Should Civil Rights Lawyers Get Bonuses?

15 10 2009

An interesting case was argued this week before the Supreme Court. The main issue being whether Judges in civil rights cases have discretion to award “bonuses” over and above a lawyer’s typical hourly rates for success representing those alleged to have had their rights violated.

The justices heard arguments in Perdue v. Kenny A., brought by the state of Georgia to challenge a $4.5 million fee enhancement it was ordered to pay by a district court judge to reward lawyers who succeeded in reforming the state foster care system in a long-running class action. The enhancement would be on top of a $6 million “lodestar” award based on prevailing fees and hours billed. Lawyers for Children’s Rights Inc. and a private Atlanta firm worked on the case.

The idea behind the bonus idea has merit: To attract skilled lawyers to represent people claiming their rights are violated.  I’m sure in this particular case the idea of reforming the foster case system was also a very sympathetic cause.

However, winning plaintiffs in civil rights cases almost always are awarded fees and costs to be paid by the other side at the lawyer’s prevailing rates – why pay them more just because the judge is impressed by their efforts (I mean, isn’t that the goal of any lawyer anyway?)

Moreover, at least here in Chicago, there’s no shortage of lawyers devoting their practice to the prosecution of civil rights claims – there are many that do nothing else and get very, very rich doing so (yes, I landed on the wrong side of that particular ledger).

So the idea that more money is needed to attract lawyers to represent civil rights claimants doesn’t wash, at least here where I practice.  Likewise, indigent plaintiffs are routinely appointed counsel from the federal trial bar – and often have attorneys from some of the largest and most “prestigious” firms appointed to represent them.  Real “white stocking” top-100 firms.  Cream of the crop.

While these attorneys often like to tout that they are representing the plaintiff “pro bono,” I’ve never seen one turn down a fee award when the case goes to judgment and their client prevails.  While they have to wait for payment, in the end they get the rate they would have received if the plaintiff had been able to retain them at their normal hourly rate.  So, other than maybe the time value of waiting to be paid, they end up being reimbursed for their efforts.

But, in the end, I have a more pressing reason for disagreeing with the idea of enhancing the fee and cost awards to plaintiff lawyers in civil rights cases: It would increase the current unfairness that exists in civil rights cases.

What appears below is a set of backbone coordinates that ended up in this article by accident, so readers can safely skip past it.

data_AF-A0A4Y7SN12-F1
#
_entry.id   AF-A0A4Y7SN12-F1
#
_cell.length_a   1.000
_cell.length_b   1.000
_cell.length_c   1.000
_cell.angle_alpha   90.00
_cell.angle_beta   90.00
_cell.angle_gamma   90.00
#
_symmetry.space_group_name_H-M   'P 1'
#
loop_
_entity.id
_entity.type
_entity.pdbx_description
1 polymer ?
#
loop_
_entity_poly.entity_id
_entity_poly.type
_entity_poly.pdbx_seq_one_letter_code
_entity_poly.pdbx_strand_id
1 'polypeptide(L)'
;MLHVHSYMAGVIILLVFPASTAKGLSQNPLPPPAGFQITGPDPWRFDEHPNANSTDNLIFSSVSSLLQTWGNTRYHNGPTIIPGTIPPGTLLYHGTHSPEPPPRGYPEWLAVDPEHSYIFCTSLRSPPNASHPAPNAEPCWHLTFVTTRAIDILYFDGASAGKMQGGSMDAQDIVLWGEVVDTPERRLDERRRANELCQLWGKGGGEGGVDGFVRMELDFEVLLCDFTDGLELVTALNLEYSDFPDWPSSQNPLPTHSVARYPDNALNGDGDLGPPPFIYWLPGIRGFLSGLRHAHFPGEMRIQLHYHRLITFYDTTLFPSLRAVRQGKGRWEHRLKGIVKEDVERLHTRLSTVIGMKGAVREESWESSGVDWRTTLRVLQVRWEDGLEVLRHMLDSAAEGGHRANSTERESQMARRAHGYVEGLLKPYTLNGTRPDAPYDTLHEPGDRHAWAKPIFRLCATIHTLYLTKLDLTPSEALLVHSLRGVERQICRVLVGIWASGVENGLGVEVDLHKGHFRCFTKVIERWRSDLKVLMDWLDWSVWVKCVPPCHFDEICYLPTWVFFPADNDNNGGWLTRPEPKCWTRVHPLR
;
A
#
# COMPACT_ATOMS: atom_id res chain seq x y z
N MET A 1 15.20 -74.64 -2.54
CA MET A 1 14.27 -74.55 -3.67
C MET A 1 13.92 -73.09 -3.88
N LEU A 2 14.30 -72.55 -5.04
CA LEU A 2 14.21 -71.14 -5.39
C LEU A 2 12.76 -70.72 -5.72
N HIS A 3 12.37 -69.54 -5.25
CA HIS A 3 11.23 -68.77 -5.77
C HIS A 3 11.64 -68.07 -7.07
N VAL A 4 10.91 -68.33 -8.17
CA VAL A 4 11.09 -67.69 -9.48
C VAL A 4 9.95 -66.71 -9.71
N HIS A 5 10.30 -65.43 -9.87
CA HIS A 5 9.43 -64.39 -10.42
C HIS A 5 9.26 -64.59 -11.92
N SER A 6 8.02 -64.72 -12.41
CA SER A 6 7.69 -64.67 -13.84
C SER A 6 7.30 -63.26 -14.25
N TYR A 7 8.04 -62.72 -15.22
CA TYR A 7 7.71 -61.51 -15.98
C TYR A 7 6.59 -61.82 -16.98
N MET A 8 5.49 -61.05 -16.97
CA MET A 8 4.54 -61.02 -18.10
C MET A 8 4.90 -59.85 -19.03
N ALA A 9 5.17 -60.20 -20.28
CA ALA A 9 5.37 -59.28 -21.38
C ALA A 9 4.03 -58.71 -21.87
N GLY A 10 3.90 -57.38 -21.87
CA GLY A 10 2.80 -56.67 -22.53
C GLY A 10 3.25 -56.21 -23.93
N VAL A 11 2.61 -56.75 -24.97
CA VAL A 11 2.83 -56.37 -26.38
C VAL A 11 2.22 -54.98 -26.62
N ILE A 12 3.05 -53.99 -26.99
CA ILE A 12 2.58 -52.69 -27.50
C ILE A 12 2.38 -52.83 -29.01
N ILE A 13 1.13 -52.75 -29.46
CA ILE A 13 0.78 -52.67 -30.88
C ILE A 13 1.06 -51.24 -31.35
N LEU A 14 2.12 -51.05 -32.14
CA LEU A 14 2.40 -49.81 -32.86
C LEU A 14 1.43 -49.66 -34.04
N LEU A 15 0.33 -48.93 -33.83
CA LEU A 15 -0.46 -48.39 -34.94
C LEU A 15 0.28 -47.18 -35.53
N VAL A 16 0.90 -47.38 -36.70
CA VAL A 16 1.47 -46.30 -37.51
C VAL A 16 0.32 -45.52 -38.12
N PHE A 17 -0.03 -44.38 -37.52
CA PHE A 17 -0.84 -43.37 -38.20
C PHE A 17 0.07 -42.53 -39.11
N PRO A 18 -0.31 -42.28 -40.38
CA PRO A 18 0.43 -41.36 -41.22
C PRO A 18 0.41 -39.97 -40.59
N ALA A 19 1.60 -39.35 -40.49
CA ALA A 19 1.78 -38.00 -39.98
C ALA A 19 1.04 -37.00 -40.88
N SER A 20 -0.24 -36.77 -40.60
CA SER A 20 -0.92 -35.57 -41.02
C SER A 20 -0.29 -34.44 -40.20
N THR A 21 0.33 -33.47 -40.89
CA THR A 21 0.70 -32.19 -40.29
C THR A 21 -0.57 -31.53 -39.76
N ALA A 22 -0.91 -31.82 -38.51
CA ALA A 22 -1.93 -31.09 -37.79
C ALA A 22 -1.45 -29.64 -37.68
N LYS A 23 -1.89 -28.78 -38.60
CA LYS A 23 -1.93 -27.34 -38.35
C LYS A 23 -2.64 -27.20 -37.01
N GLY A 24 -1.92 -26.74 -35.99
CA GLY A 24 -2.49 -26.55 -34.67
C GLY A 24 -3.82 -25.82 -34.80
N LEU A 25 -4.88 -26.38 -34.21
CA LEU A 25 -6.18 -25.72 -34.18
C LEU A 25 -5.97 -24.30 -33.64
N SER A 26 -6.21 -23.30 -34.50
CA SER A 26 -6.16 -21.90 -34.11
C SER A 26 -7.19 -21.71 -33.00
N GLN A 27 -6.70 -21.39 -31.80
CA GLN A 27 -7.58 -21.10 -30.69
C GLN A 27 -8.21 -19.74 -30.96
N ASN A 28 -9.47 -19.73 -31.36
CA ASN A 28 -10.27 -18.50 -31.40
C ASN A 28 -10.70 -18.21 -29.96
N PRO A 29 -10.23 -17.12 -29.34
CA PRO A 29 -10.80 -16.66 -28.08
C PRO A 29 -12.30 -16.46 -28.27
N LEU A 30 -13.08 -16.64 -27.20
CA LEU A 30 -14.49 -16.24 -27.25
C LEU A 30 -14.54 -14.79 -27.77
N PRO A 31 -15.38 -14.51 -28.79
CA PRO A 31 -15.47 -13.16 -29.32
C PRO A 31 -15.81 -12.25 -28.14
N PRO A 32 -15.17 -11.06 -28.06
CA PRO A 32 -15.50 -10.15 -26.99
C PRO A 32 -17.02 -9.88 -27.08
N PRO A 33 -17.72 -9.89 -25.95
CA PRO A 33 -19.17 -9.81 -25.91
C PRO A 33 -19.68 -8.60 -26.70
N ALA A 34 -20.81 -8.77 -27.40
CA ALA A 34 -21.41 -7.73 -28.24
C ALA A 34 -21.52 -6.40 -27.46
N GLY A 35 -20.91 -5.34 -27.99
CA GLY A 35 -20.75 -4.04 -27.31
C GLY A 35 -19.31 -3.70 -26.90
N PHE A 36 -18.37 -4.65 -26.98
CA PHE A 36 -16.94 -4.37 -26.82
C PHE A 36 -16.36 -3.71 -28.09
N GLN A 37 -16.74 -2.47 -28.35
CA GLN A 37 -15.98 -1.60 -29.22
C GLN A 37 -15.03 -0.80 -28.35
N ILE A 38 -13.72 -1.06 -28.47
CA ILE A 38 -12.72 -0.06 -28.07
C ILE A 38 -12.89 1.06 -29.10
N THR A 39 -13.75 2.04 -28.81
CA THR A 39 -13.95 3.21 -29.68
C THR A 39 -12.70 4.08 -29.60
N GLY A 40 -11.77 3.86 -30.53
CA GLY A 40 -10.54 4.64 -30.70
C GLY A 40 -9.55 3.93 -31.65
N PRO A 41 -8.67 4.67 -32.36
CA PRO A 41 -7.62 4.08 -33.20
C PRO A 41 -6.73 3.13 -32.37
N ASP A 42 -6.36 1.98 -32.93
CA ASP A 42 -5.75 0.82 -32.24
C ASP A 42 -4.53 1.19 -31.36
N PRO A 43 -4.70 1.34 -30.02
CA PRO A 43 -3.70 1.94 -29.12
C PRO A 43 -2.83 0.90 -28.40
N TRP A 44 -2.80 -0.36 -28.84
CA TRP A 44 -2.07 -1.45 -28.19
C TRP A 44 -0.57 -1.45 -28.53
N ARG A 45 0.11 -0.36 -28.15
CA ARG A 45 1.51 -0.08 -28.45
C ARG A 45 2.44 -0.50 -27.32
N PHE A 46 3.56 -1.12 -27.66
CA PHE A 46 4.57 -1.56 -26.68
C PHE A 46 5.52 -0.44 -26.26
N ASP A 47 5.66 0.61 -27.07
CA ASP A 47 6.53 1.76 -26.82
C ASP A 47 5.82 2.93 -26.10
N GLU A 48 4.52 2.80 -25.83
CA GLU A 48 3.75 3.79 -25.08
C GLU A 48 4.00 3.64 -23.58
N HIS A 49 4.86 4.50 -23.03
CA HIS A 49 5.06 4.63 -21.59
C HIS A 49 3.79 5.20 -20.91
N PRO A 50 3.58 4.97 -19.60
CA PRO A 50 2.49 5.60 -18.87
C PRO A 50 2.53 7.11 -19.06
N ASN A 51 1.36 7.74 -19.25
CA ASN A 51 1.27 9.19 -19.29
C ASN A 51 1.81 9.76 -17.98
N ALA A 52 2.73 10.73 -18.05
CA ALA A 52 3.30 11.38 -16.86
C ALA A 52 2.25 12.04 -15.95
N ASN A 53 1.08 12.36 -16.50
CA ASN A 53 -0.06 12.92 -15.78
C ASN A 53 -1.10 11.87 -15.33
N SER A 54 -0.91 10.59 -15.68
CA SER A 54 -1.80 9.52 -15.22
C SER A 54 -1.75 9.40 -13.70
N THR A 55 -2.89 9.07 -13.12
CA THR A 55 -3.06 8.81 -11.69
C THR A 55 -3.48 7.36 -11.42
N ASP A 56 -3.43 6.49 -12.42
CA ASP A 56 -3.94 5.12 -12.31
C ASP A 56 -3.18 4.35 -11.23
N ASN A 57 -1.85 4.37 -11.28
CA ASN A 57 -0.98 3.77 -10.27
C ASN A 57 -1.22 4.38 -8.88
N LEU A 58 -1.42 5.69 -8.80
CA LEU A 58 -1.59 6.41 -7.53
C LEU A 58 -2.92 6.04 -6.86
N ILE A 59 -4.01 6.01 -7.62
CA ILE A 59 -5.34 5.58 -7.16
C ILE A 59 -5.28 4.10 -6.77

Indeed, there is usually no shifting of fees to defendants when civil rights cases are defeated, short of showing that the claim was made in bad faith or was frivolous – an incredibly tough standard for any defendant to pass.

Likewise, even in these cases, the fee and costs awarded as a sanction generally are only assessed against the plaintiff, who generally has no funds to pay the defendants anyway – no matter how much money in defending the claim was forced by their suit.  Thus, the “unshared” risk defendants have in having to pay the plaintiff’s attorney – with no real expectation of being compensated in return should they win – often is a major reason extorting settlement in even hotly contested claims.

In many cases the exposure to the attorney fee claim and expenses alone makes it a very expensive gamble for the defendant municipality to take cases to trial – as even small victories for the plaintiff on any of their claims can often lead to hundreds of thousands in fees and costs being assessed.

Moreover, in the vast majority of civil rights cases I’ve handled, it is not the “bad actors” that end up paying either the judgment or the attorney fees and costs.  It is the municipal entity making this payment – meaning taxpayers who did nothing wrong are saddled with the expense.

I suppose I understand the concept of tilting the fee-shifting scale towards plaintiffs in creating an incentive for skilled attorneys to take the cases on.  However, the system is already severely tilted against municipal defendants.

I can’t count the times plaintiff attorneys have used their likely exorbitant fee and cost claim as leverage in settlement discussions – and have seen too many municipal representative’s eyes gloss over when I explain this added risk when discussing what to do about a certain case.

To add further risk to taxpayers would just be, well, unfair…




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